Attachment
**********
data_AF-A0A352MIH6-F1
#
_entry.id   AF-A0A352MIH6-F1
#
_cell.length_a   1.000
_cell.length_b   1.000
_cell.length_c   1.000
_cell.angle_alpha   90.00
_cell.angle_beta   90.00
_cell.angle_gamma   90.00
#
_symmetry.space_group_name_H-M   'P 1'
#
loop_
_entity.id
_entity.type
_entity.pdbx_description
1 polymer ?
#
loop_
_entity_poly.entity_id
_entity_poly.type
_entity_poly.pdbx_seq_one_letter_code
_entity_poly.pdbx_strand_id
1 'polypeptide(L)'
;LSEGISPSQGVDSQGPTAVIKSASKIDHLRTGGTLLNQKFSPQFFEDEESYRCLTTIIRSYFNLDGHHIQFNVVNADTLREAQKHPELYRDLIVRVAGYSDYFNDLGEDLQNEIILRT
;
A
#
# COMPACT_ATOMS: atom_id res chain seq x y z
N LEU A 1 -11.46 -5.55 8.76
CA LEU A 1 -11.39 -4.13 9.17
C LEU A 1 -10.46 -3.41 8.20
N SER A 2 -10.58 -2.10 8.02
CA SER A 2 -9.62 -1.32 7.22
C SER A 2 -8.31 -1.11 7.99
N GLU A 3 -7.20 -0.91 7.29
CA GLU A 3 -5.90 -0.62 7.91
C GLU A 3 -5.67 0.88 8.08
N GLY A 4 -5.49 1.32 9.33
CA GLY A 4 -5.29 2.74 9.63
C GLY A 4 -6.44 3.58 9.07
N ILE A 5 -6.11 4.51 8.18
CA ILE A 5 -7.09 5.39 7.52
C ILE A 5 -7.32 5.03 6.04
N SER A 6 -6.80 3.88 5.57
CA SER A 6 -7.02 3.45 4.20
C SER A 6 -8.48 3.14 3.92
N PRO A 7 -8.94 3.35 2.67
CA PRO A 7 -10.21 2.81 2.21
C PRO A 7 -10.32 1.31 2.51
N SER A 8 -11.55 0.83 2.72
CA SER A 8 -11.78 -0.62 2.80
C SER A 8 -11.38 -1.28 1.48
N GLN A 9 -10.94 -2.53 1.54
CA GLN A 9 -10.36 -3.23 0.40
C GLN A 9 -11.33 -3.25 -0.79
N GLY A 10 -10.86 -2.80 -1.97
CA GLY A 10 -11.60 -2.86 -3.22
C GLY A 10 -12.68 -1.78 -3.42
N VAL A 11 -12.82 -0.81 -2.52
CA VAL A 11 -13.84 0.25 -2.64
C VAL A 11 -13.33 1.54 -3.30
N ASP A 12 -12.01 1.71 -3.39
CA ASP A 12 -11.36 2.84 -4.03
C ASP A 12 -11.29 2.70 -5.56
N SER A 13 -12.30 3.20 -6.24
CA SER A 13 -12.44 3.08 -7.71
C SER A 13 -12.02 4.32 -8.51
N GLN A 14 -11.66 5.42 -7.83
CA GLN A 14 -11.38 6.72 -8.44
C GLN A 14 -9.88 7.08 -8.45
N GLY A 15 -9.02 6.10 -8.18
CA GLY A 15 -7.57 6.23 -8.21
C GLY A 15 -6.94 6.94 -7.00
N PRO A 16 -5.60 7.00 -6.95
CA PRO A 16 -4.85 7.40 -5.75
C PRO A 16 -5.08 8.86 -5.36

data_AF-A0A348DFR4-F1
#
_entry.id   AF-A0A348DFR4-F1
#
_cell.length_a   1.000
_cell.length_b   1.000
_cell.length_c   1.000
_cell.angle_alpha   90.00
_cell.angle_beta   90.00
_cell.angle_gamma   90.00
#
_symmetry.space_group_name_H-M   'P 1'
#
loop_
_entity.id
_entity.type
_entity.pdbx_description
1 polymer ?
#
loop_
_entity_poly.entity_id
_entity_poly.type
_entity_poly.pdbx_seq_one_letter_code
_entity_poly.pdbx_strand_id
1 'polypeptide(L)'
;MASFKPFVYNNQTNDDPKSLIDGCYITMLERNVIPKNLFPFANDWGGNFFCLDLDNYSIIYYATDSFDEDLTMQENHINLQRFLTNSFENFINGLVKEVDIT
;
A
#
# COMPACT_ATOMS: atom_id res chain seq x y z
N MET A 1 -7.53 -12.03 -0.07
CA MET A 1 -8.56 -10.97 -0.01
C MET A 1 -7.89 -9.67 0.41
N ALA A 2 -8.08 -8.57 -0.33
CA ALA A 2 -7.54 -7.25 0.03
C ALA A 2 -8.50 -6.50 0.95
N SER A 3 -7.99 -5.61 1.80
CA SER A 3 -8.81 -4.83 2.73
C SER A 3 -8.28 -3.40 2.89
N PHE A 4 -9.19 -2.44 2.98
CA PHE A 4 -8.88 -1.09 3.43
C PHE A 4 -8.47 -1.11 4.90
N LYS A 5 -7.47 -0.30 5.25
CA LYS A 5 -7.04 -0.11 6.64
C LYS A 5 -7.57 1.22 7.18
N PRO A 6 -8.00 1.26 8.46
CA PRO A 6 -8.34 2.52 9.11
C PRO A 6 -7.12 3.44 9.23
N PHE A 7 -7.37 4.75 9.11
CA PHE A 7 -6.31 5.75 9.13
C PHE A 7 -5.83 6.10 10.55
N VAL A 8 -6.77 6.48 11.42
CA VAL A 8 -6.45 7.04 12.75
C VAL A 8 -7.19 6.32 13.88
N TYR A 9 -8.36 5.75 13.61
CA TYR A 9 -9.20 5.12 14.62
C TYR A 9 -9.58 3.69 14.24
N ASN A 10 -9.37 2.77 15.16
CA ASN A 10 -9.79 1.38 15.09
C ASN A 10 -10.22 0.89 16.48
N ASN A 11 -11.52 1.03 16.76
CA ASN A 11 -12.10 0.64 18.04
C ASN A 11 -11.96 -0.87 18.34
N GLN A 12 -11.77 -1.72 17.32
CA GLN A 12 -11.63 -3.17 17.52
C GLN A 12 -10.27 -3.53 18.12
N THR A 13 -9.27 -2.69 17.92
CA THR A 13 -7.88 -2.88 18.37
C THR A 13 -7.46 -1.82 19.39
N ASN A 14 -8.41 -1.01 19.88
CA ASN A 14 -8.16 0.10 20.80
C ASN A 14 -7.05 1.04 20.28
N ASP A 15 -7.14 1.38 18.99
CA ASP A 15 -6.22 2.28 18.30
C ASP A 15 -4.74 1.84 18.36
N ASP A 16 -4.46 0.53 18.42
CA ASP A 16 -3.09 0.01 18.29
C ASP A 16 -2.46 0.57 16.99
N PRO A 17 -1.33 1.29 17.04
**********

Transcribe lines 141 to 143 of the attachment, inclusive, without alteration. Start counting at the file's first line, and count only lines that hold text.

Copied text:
C ASN A 11 -11.96 -0.87 18.34
N GLN A 12 -11.77 -1.72 17.32
CA GLN A 12 -11.63 -3.17 17.52